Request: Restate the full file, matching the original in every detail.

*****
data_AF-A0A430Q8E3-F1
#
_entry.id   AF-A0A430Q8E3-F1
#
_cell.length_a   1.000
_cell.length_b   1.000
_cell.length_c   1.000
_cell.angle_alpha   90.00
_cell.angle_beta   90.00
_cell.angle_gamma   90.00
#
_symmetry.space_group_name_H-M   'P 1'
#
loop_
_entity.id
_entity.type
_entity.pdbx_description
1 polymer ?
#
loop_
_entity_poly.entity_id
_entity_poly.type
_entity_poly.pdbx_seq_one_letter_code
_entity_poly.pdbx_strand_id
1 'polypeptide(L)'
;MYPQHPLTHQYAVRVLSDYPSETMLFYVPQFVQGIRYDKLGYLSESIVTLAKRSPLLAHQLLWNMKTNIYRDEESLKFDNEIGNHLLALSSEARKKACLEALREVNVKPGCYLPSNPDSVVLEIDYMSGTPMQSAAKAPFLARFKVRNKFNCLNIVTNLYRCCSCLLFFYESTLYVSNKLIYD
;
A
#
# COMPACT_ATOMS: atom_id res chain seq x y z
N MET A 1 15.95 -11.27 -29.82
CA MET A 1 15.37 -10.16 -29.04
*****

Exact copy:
data_AF-A0A430Q8E3-F1
#
_entry.id   AF-A0A430Q8E3-F1
#
_cell.length_a   1.000
_cell.length_b   1.000
_cell.length_c   1.000
_cell.angle_alpha   90.00
_cell.angle_beta   90.00
_cell.angle_gamma   90.00
#
_symmetry.space_group_name_H-M   'P 1'
#
loop_
_entity.id
_entity.type
_entity.pdbx_description
1 polymer ?
#
loop_
_entity_poly.entity_id
_entity_poly.type
_entity_poly.pdbx_seq_one_letter_code
_entity_poly.pdbx_strand_id
1 'polypeptide(L)'
;MYPQHPLTHQYAVRVLSDYPSETMLFYVPQFVQGIRYDKLGYLSESIVTLAKRSPLLAHQLLWNMKTNIYRDEESLKFDNEIGNHLLALSSEARKKACLEALREVNVKPGCYLPSNPDSVVLEIDYMSGTPMQSAAKAPFLARFKVRNKFNCLNIVTNLYRCCSCLLFFYESTLYVSNKLIYD
;
A
#
# COMPACT_ATOMS: atom_id res chain seq x y z
N MET A 1 15.95 -11.27 -29.82
CA MET A 1 15.37 -10.16 -29.04